Jan 15, 2014 at 7:27 pm #1312152
As always, Wunderground provides a great summary of the situation.
The fat lady didn't sing yet, but we're far enough along that some folks making plans for big CA hikes in 2014 ought to keep an eye on this. 99% of people who might be hiking in 2014 Sierra know this, but for the 1% who don't know, here is some basic info…
California receives the vast majority of its rainfall in the winter. The heart of the rainy season is November to March. October and April are shoulder seasons. Here's the data for San Francisco. Other locations in the state are variations on the same theme:
The 2011-12, and the 2012-13 rainy seasons were not very wet. As a result, the snowpack in the Sierras was very poor. The following graph puts it into perspective. Neither 11-12 nor 12-13 were as dry as the record low snowpack in 76-77, but the past two winters achieved only ~50% of normal snowpack. Pink line shows the 12-13 season; green shows the 11-12 season.
Here's a link to the current version of these same graphs (which includes 13-14 but drops 11-12).
If we're lucky the high pressure system that has been blocking the storms we normally receive will find a new parking place, and we'll finally see the arrival of winter. Maybe we'll reach the 50% of normal snowpack numbers that we had in the past two winters. Chances for something better than 50% of normal are rapidly diminishing.
If I were planning big trips, I'd think about five things.
1. Mosquitoes will not be a problem in August. They may peak by early or mid July. In a "normal" year, there are still swarms in the southern Sierra in late July to early August.
2. Fire season has the potential to be horrendous. That might mean closures. And it might mean crummy visibility. In a troublesome preview of what might be in store for us, there was an unprecedented wildfire in Big Sur a few weeks ago – in a normal world there should not be wildfires in Big Sur in December or January, that's just weird. Many (most?) CalFire stations close down for the winter, we just don't have wildfires this time of the year.
3. High passes will be snow free earlier in the season than is normal. "Normal" varies based on the pass, so there's no magic date. But if you look at the snowpack graphs you can see that in the past two years the snowpack at the measurement stations was down to 0% in mid-May instead of early-July.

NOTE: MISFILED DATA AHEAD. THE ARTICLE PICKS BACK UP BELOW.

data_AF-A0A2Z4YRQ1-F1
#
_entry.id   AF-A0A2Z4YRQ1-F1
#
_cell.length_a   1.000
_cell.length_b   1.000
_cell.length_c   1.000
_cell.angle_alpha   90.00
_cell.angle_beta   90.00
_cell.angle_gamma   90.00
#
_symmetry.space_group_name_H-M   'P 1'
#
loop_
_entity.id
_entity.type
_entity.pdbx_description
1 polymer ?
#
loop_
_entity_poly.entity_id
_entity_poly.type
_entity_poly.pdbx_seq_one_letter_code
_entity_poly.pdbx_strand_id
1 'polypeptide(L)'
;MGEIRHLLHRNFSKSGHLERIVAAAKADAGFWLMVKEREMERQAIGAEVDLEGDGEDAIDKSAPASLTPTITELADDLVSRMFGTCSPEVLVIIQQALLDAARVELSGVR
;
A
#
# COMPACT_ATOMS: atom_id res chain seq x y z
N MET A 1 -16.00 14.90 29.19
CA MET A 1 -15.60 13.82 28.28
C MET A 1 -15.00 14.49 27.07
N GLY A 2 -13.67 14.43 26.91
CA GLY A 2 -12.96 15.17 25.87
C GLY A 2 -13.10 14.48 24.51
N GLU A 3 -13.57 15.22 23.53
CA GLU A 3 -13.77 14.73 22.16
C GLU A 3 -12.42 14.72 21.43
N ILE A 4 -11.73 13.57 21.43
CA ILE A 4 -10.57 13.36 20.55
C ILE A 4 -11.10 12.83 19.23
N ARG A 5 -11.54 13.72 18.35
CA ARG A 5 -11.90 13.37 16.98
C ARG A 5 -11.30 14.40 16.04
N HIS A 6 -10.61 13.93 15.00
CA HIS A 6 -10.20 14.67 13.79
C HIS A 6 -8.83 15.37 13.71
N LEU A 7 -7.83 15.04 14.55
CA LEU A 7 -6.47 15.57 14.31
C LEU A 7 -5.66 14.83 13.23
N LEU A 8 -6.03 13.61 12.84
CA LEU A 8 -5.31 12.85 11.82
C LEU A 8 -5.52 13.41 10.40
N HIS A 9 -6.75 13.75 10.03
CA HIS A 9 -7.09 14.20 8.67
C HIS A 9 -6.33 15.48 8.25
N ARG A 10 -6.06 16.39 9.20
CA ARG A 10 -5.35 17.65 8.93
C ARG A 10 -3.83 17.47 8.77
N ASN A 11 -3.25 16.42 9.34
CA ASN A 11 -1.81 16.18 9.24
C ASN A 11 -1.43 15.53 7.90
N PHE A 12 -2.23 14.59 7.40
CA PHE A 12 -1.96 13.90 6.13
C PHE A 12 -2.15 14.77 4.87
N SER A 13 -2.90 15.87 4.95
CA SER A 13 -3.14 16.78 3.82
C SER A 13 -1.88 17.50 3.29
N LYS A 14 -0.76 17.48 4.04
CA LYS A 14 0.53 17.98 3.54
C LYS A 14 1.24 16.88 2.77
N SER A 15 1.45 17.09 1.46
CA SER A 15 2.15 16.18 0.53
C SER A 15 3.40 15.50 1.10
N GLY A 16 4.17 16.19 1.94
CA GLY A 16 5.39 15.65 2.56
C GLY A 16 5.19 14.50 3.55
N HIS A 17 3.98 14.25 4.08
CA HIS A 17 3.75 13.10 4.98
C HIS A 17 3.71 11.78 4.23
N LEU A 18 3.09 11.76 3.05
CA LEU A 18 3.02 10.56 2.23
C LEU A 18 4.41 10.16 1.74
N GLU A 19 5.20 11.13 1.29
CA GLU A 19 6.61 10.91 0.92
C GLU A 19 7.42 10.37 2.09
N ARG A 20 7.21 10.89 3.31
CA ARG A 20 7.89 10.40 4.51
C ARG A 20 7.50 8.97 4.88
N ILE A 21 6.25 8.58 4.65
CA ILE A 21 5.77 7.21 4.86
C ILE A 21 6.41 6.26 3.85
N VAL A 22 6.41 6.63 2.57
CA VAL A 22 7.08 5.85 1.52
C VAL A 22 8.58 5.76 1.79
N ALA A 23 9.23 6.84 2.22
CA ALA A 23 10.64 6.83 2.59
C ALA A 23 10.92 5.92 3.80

4. Drinking water in the High Sierra (Mammoth to Cottonwood) will not be a problem. There are plenty of lakes and rivers. Small creeks will dry up earlier than usual, but lakes and rivers will be AOK as water sources.
5. If I were planning to hike in parts of the state without permanent alpine lakes or rivers, I'd get local info about the status of seasonal water sources.Jan 15, 2014 at 7:42 pm #2063666
@rosierabbitLocale: Pacific Northwest
Very helpful post. Thank you for putting it together. Here in north central Washington I haven't had to use my snowshoes yet, but the microspikes are getting a workout due to all the ice in places where there is usually lots of snow. Interesting winter…Jan 15, 2014 at 8:11 pm #2063674Jan 15, 2014 at 8:11 pm #2063675Jan 16, 2014 at 6:53 pm #2063927
@balzaccomLocale: Wine Country
This is really getting crazy. And no real rain in sight. My friends who are farming are looking at catastrophic lossesJan 16, 2014 at 7:11 pm #2063933
"Thank you for putting it together. Here in north central Washington I haven't had to use my snowshoes yet, but the microspikes are getting a workout due to all the ice in places where there is usually lots of snow."
Horrible snow year here in Washington. A short day hike at 4500' felt like I was walking on a skating rink.Jan 16, 2014 at 7:14 pm #2063934